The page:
We had a fascinating and mysterious guest in October 2017.
When I say “we,” I am referring to all of us on planet earth. Space object 1I / 2017 U1 (proper name: Oumuamua, meaning “a messenger from afar”) was discovered by Robert Weryk at Haleakala Observatory on October 19. At the time, it had already made its closest approach to the Sun and was heading away from it at a relative velocity of about 54 kilometers per second.
It was the first such visitor scientists have ever observed, and excitement and speculation about its composition and origins was widespread. It was weird and interesting and fit no categories we had devised so far to explain objects running through our cosmic neighborhood. Oumuamua is still shrouded in mystery, although recently, an interesting and plausible hypothesis has been proposed by an astronomer at NASA’s JPL regarding this interstellar fly-by.
But a Harvard astronomy professor named Avi Loeb begs to differ. He thinks it could be an artifact from an alien civilization.
Now, if that is even a remote possibility, it is not some sort of probe, because it isn’t functioning—at least not in any way astronomers can determine (yes, they looked). But perhaps there are other things it could be: a light sail, interstellar flotsam, a huge cigar; we still really don’t know, because it is small and it is mysterious and it is gone (at least, beyond where we can see it; as I write it is somewhere near Saturn).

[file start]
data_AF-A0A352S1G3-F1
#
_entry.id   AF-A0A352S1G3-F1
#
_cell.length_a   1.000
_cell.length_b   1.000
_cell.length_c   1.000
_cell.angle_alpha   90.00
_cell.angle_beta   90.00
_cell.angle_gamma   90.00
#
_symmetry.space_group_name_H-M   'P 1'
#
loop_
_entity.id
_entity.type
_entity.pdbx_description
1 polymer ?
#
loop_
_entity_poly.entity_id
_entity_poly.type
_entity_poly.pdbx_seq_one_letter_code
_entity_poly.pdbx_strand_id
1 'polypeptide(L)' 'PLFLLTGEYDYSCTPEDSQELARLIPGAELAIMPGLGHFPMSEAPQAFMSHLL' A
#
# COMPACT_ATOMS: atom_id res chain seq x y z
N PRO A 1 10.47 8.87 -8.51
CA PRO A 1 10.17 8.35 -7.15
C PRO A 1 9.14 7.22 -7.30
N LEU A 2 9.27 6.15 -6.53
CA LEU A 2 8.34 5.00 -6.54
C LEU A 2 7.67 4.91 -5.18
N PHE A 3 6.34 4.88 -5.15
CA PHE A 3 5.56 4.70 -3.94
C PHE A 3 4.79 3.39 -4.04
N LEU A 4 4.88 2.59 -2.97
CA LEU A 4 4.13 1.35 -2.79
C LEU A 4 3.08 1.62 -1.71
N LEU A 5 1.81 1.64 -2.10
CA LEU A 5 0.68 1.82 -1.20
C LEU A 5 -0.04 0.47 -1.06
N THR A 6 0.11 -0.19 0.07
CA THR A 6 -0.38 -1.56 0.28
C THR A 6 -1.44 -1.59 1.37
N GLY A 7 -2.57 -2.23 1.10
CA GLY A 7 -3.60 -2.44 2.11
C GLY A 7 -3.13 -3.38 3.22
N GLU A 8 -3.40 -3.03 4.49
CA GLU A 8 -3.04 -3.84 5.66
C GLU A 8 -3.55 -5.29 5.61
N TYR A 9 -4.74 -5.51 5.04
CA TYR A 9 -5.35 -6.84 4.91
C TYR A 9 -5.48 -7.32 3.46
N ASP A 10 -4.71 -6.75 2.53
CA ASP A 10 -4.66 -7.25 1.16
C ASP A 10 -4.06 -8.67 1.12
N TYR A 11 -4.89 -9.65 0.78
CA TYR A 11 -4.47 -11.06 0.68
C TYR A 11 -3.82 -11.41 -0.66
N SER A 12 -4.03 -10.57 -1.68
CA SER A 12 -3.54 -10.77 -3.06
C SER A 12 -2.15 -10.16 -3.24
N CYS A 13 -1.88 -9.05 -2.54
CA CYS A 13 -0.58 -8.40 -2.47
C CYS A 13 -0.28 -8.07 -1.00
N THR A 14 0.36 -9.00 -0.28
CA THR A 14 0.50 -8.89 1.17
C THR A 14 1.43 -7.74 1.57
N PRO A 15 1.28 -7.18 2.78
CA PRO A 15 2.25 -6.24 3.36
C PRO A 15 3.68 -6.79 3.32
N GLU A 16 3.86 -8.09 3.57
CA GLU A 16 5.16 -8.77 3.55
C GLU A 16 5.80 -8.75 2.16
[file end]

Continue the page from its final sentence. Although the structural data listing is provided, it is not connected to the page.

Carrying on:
Apparently, though, it is not mysterious enough to warrant any hypothesis. Dr. Loeb’s ideas have been met with hoots of derision and disgusted refutation. I recently read this comment from a scientist and found it interesting and informative. Astrophysicist Paul M. Sutter from Ohio State University tweeted, “Oumuamua is not an alien spaceship, and the authors of the paper insult honest scientific inquiry to even suggest it.”
You got that, Avi? Are we clear? “We don’t know what this thing is, but we damn sure know it isn’t of alien construction, and you insult us by even asking about it!”
Okay, first of all, I think Dr. Loeb’s theory is whack-a-doodle, too. (See what I did there?) There has been no evidence gathered to this point that could begin to point to such an idea. It’s outlandish, but also kinda fun. When this visiting whatever-it-is first showed up, the scenario reminded me of Arthur C. Clarke’s Rendezvous with Rama—a fascinating novel about a visit from an uninhabited alien spacecraft. I read several articles that referred to that story as well.